LONDON, ENGLAND – JUNE 03: Meghan, Duchess of Sussex departs after the National Service of Thanksgiving to Celebrate the Platinum Jubilee of Her Majesty The Queen at St Paul’s Cathedral on June 3, 2022 in London, England. The Platinum Jubilee of Elizabeth II is being celebrated from June 2 to June 5, 2022, in the UK and Commonwealth to mark the 70th anniversary of the accession of Queen Elizabeth II on 6 February 1952. (Photo by Daniel Leal – WPA Pool/Getty Images)
The details of a probe into allegations of bullying by the Duchess of Sussex against royal family staff will not be published despite its outcome leading to reform in the palace’s administration, according to a senior family source.
Buckingham Palace launched an investigation last year and gathered testimony from staff about their experiences of working for Meghan, before she and her husband Prince Harry quit frontline duties in January 2020.
During a briefing on the annual royal finances report, published Thursday, a senior palace source said the details would remain hidden to protect the privacy of those who took part.
“Because of the confidentiality of the discussions we have not communicated the detailed recommendations,” they said.
“The recommendations have been incorporated within policies and procedures wherever appropriate, and policies and procedures have changed.”
Meghan and Harry shocked the royal family when they accused unnamed members of racism during an interview with US talk show star Oprah Winfrey.
She denied the bullying allegations, which first emerged in March 2021, just before the Oprah interview, and called them “a calculated smear campaign”.
The allegations and the interview deepened a crisis for the family, which has been hit by revelations about Prince Andrew’s links to late billionaire financier and paedophile Jeffrey Epstein.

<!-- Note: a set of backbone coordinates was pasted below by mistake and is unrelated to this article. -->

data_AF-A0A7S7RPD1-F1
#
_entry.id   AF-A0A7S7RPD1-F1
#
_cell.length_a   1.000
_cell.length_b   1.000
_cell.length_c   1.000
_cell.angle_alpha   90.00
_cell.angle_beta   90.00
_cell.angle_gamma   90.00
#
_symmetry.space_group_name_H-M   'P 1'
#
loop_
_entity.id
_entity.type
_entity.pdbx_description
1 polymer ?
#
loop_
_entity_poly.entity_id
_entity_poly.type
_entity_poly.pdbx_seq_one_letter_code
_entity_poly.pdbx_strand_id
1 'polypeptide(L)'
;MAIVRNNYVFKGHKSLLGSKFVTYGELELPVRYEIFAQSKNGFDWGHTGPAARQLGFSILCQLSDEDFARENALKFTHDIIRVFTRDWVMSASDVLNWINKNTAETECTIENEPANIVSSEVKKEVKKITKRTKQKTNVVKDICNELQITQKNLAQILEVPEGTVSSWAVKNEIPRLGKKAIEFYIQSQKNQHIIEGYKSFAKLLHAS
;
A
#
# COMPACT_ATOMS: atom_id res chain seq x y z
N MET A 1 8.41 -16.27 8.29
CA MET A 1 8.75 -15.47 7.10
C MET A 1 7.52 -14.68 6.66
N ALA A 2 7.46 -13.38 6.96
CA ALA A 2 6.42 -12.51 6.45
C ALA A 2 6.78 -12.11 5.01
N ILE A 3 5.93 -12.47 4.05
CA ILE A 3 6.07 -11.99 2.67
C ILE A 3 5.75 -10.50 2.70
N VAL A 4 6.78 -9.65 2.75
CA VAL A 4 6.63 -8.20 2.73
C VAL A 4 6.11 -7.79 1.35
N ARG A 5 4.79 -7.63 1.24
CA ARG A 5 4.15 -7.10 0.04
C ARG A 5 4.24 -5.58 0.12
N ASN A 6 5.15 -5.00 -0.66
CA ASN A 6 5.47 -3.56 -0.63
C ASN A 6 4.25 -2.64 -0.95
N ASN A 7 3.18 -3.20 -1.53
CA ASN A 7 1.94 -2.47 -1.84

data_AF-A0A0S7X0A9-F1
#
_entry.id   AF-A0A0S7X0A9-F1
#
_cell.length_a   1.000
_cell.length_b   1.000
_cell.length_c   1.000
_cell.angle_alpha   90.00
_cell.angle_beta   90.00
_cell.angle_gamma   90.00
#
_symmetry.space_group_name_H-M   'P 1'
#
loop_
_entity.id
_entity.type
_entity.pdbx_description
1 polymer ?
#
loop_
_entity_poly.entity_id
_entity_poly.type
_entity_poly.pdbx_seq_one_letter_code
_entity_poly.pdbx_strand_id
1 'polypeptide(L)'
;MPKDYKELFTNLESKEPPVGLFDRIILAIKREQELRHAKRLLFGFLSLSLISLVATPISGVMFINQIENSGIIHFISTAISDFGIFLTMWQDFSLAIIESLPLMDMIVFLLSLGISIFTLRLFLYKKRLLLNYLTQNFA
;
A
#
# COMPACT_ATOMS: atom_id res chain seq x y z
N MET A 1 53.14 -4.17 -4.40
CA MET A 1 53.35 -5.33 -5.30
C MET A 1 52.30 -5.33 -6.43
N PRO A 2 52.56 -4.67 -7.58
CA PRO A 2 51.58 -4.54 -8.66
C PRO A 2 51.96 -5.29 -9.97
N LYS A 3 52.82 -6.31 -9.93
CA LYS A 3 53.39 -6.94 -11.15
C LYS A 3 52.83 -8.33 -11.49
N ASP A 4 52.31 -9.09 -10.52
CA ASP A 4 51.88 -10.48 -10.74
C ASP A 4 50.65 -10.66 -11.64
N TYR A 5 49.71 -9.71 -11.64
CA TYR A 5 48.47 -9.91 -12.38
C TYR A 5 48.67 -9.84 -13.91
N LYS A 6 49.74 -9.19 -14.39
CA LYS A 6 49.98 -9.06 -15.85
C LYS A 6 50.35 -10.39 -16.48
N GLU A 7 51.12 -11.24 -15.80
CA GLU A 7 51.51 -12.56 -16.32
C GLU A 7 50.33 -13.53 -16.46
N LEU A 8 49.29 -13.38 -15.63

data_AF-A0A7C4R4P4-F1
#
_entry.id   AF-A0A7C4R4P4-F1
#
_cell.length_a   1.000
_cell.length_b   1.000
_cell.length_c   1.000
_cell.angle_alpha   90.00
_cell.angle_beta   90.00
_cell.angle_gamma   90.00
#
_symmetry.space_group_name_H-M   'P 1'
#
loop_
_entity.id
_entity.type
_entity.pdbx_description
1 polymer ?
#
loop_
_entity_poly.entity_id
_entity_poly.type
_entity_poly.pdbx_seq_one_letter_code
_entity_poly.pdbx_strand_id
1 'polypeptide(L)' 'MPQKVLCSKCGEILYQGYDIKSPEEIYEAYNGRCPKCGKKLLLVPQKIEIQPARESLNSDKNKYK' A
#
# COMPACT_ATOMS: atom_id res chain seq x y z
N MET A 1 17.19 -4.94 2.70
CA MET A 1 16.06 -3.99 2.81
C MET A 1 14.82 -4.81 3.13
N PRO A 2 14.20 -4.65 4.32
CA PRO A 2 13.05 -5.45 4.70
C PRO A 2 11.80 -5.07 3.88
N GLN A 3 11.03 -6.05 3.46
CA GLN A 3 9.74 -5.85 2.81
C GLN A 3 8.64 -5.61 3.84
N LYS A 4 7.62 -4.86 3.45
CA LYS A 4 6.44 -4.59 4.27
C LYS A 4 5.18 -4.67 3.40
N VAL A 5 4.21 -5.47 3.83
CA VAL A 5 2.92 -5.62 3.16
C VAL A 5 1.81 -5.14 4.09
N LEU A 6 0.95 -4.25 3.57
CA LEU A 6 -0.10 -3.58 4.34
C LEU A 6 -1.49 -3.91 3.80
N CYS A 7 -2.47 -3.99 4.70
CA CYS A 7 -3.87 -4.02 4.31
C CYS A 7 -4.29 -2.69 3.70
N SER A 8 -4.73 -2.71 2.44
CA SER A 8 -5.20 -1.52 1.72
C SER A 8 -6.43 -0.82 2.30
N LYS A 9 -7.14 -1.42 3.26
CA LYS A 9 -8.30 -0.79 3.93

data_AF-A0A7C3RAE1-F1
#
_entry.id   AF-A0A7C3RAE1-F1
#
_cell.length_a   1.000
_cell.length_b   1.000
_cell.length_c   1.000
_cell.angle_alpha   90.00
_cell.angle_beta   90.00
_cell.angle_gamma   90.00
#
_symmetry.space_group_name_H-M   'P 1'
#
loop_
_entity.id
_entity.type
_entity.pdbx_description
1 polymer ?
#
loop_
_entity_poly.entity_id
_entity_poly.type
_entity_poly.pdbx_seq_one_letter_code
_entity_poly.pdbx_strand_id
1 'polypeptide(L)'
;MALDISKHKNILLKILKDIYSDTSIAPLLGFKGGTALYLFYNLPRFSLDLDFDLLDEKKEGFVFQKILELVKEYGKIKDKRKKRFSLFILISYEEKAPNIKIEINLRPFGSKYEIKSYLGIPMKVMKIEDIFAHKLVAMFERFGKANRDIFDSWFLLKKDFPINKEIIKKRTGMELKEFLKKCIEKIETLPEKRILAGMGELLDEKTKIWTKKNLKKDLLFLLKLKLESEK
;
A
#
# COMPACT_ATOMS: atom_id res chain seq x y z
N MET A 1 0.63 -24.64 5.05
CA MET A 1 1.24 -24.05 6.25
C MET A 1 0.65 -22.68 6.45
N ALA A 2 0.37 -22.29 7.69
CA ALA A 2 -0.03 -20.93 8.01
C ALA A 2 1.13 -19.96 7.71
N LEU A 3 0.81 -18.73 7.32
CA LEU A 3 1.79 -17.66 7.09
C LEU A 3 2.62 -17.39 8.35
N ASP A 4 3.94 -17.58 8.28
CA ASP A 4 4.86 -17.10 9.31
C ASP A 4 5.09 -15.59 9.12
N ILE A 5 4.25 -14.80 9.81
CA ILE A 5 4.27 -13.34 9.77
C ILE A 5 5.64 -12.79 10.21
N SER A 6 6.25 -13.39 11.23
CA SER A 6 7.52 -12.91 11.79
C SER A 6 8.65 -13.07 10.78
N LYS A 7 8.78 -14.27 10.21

Relations between Harry and his father Prince Charles have reportedly been strained, but a royal source said he had a “very emotional” first meeting with his granddaughter Lili earlier this month.
Harry and Meghan were low-key attendees at the queen’s Platinum Jubilee celebrations, jetting in from California with their children Lili, aged one, and Archie, aged three.
Charles’s charitable foundation is currently under investigation for an alleged cash-for-honours scandal.
Separately, the Sunday Times last weekend reported Charles had accepted £2.5 million ($3 million) in charitable donations from Qatari former prime minister Sheikh Hamad bin Jassim bin Jaber Al Thani in carrier bags and holdalls.
The royal source said at the Wednesday briefing the cash was “passed immediately to his charities”.
“For more than half a decade, with the situation as it has evolved, this has not happened and it would not happen again,” the source added.
The briefing was held as the family released its 2021/22 report on the Sovereign Grant, which pays for the monarch’s official duties and upkeep of royal palaces.
The report showed the pandemic was still curtailing the family’s earning power, with income below 50 per cent of pre-coronavirus levels as public visits to palaces took a hit.
Keeper of the Privy Purse Michael Stevens warned that the family finances were also likely to be squeezed by rising prices.
“Looking ahead, with the Sovereign Grant likely to be flat in the next couple of years, inflationary pressures on operating costs and our ability to grow supplementary income likely to be constrained in the short term,” he said.
“We will continue to deliver against our plans and manage these impacts through our own efforts and efficiencies.”
The grant came to £86.3 million in the financial year ending in March 2021, a slight rise from the year before.
The figure is made up of a core grant of £51.8 million, which funds official travel, property maintenance and the operating costs of the queen’s household, and an additional £34.5 million for the reservicing of Buckingham Palace.
The grant is set as equivalent to 15 per cent of the profits of the Crown Estate — a huge portfolio of land, property and other assets such as wind farms that belongs to the ruling monarch but is independently managed.
The Crown Estate’s net income is handed to the Treasury under an agreement sealed in 1760.